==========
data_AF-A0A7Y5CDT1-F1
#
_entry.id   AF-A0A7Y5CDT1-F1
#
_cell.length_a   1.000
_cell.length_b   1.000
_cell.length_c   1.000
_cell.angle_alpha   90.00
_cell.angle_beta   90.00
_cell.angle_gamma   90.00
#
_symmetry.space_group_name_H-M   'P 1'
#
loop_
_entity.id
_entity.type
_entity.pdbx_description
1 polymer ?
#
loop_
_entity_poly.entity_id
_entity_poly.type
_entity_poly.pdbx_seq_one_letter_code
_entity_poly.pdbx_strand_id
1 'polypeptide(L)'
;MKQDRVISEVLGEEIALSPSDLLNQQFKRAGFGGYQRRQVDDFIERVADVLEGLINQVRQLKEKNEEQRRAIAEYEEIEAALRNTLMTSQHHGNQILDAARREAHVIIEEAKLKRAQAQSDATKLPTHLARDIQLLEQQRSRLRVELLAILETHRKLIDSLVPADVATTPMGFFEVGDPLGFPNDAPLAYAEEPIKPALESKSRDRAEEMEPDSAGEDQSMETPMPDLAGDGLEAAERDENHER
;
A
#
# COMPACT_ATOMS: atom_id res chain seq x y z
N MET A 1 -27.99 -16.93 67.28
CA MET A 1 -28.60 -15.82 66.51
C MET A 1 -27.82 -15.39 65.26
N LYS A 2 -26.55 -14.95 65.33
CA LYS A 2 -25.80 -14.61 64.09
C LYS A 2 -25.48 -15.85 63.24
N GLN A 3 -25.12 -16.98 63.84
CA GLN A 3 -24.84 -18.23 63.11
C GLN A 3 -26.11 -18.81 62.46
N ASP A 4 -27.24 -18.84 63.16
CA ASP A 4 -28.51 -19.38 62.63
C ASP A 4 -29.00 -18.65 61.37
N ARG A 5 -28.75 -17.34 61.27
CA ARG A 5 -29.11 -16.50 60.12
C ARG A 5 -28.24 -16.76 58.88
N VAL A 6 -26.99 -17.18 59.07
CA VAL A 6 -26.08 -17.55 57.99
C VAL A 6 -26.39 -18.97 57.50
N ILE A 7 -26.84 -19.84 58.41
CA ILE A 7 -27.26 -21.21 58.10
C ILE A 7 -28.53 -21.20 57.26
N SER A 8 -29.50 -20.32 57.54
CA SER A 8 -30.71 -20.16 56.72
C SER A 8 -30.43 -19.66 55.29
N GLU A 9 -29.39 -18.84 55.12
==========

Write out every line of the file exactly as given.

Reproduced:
data_AF-A0A7Y5CDT1-F1
#
_entry.id   AF-A0A7Y5CDT1-F1
#
_cell.length_a   1.000
_cell.length_b   1.000
_cell.length_c   1.000
_cell.angle_alpha   90.00
_cell.angle_beta   90.00
_cell.angle_gamma   90.00
#
_symmetry.space_group_name_H-M   'P 1'
#
loop_
_entity.id
_entity.type
_entity.pdbx_description
1 polymer ?
#
loop_
_entity_poly.entity_id
_entity_poly.type
_entity_poly.pdbx_seq_one_letter_code
_entity_poly.pdbx_strand_id
1 'polypeptide(L)'
;MKQDRVISEVLGEEIALSPSDLLNQQFKRAGFGGYQRRQVDDFIERVADVLEGLINQVRQLKEKNEEQRRAIAEYEEIEAALRNTLMTSQHHGNQILDAARREAHVIIEEAKLKRAQAQSDATKLPTHLARDIQLLEQQRSRLRVELLAILETHRKLIDSLVPADVATTPMGFFEVGDPLGFPNDAPLAYAEEPIKPALESKSRDRAEEMEPDSAGEDQSMETPMPDLAGDGLEAAERDENHER
;
A
#
# COMPACT_ATOMS: atom_id res chain seq x y z
N MET A 1 -27.99 -16.93 67.28
CA MET A 1 -28.60 -15.82 66.51
C MET A 1 -27.82 -15.39 65.26
N LYS A 2 -26.55 -14.95 65.33
CA LYS A 2 -25.80 -14.61 64.09
C LYS A 2 -25.48 -15.85 63.24
N GLN A 3 -25.12 -16.98 63.84
CA GLN A 3 -24.84 -18.23 63.11
C GLN A 3 -26.11 -18.81 62.46
N ASP A 4 -27.24 -18.84 63.16
CA ASP A 4 -28.51 -19.38 62.63
C ASP A 4 -29.00 -18.65 61.37
N ARG A 5 -28.75 -17.34 61.27
CA ARG A 5 -29.11 -16.50 60.12
C ARG A 5 -28.24 -16.76 58.88
N VAL A 6 -26.99 -17.18 59.07
CA VAL A 6 -26.08 -17.55 57.99
C VAL A 6 -26.39 -18.97 57.50
N ILE A 7 -26.84 -19.84 58.41
CA ILE A 7 -27.26 -21.21 58.10
C ILE A 7 -28.53 -21.20 57.26
N SER A 8 -29.50 -20.32 57.54
CA SER A 8 -30.71 -20.16 56.72
C SER A 8 -30.43 -19.66 55.29
N GLU A 9 -29.39 -18.84 55.12